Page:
On Friday, March 29, 2013 at approximately 2:45 p.m, the Exxon Mobil Pegasus pipeline, which brings Canadian crude oil from Illinois to Texas, ruptured, leaking at least 80,000 gallons of oil into the Central Arkansas town of Mayflower (a small town about 20 miles from Little Rock, Arkansas). The leak flowed for about 45 minutes before they could stop the leak.
The pipeline developed a leak and oil fluids spread across gardens, residential streets...entering streams and drainage ditches running under Hwy 365 and Interstate 40. Pipeline crosses several waterways in the area and could potentially present a threat to water supplies. Forty homes have been evacuated and that number continues to rise.
According to an article in Reuters on Sunday, March 31, 2013 (5:07 p.m.est) Exxon's Pegasus pipeline, which can carry more than 90,000 barrels per day (bpd) of crude from Pakota, Illinois to Nederland, Texas, was shut after the leak was discovered late Friday afternoon in a subdivision near the town of Mayflower.
Exxon said it staged the response to handle 10,000 barrels of oil "to ensure adequate resources are in place."
Fifteen vacuum trucks remained on the scene for cleanup, and 33 storage tanks were deployed to temporarily store the oil.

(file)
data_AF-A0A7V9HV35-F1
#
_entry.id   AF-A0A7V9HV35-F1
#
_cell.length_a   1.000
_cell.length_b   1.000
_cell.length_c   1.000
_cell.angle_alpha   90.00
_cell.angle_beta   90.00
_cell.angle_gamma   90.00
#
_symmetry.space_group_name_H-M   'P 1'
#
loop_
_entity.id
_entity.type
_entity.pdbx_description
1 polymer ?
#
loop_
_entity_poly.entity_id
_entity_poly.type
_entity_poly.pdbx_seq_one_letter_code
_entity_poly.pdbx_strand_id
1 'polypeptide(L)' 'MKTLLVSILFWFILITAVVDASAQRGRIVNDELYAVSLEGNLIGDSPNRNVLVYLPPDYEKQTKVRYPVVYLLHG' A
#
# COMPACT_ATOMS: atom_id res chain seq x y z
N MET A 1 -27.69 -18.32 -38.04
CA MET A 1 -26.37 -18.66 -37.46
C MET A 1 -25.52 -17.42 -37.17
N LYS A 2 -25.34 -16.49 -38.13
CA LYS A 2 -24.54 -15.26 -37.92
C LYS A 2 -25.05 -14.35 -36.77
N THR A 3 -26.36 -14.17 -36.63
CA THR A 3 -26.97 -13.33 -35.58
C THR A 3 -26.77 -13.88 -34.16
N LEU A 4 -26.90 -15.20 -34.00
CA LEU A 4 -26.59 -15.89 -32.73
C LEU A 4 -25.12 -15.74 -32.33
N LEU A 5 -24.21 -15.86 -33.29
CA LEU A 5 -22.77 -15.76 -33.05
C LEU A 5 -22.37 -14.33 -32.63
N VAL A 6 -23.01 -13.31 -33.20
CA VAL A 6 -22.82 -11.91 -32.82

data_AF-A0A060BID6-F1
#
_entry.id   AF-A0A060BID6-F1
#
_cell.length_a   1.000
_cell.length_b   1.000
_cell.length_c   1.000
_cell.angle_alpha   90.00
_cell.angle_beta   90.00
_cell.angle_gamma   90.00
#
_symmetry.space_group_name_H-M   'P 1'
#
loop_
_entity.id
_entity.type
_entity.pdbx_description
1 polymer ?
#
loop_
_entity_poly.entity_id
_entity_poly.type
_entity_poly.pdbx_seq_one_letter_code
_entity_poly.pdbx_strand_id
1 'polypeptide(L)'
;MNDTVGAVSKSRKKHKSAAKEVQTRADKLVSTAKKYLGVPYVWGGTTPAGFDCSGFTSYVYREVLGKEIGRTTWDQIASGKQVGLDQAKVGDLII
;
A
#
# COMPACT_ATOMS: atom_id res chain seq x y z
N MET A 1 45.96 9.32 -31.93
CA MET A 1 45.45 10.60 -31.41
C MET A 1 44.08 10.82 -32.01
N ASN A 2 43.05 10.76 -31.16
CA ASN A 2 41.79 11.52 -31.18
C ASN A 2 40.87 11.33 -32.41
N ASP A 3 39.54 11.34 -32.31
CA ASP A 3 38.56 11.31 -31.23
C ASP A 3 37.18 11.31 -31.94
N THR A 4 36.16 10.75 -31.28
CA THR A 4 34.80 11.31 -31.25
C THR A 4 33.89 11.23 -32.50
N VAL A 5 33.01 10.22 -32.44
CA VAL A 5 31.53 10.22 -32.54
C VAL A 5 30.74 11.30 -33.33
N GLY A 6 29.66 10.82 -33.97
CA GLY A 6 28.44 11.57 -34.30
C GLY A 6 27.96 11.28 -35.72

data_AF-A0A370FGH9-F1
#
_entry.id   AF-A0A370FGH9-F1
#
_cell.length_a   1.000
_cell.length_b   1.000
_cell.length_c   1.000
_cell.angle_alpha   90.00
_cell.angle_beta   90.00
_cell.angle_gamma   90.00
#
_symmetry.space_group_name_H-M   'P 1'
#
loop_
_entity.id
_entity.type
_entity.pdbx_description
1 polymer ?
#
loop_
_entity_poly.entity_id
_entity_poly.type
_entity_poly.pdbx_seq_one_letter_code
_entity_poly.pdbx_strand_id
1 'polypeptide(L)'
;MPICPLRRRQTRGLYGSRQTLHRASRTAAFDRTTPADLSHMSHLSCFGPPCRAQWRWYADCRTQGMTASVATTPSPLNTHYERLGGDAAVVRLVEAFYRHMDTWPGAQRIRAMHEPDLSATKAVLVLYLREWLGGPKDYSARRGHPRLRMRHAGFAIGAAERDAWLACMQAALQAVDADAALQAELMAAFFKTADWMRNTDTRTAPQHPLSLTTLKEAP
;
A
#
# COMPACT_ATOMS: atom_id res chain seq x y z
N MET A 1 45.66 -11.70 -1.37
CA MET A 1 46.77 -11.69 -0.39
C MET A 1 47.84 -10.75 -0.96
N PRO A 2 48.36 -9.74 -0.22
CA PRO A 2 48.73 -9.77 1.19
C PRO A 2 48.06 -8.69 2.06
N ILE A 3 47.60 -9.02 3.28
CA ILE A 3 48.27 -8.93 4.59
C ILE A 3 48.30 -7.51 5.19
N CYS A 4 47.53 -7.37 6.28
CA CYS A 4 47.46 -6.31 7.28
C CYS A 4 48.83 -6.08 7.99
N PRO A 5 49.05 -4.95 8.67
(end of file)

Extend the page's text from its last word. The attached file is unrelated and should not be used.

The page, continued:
The pipeline was carrying Canadian Wabasca Heavy crude at the time of the leak. An oil spill of more than 1,000 barrels into a Wisconsin field from an Enbridge pipeline last summer kept that line shuttered for around 11 days.
The Arkansas spill drew fast reaction from opponents of the 800,000 bpd Keystone XL pipeline, which would carry heavy crude from Canada's tar sands to the U.S. Gulf Coast refining center. The U.S. Environmental Protection Agency had categorized the rupture as a "major spill."
Environmentalists have expressed concerns about the impact of developing the oil sands and say the crude is more corrosive to pipelines than conventional oil. On Wednesday, a train carrying Canadian crude derailed in Minnesota, spilling 15,000 gallons of oil.
"Whether it's the proposed Keystone XL pipeline, or ... (the) mess in Arkansas, Americans are realizing that transporting large amounts of this corrosive and polluting fuel is a bad deal for American taxpayers and for our environment," said Representative Ed Markey, a Massachusetts Democrat.
There is more information on this unfortunate incident and will try to update you the best I can.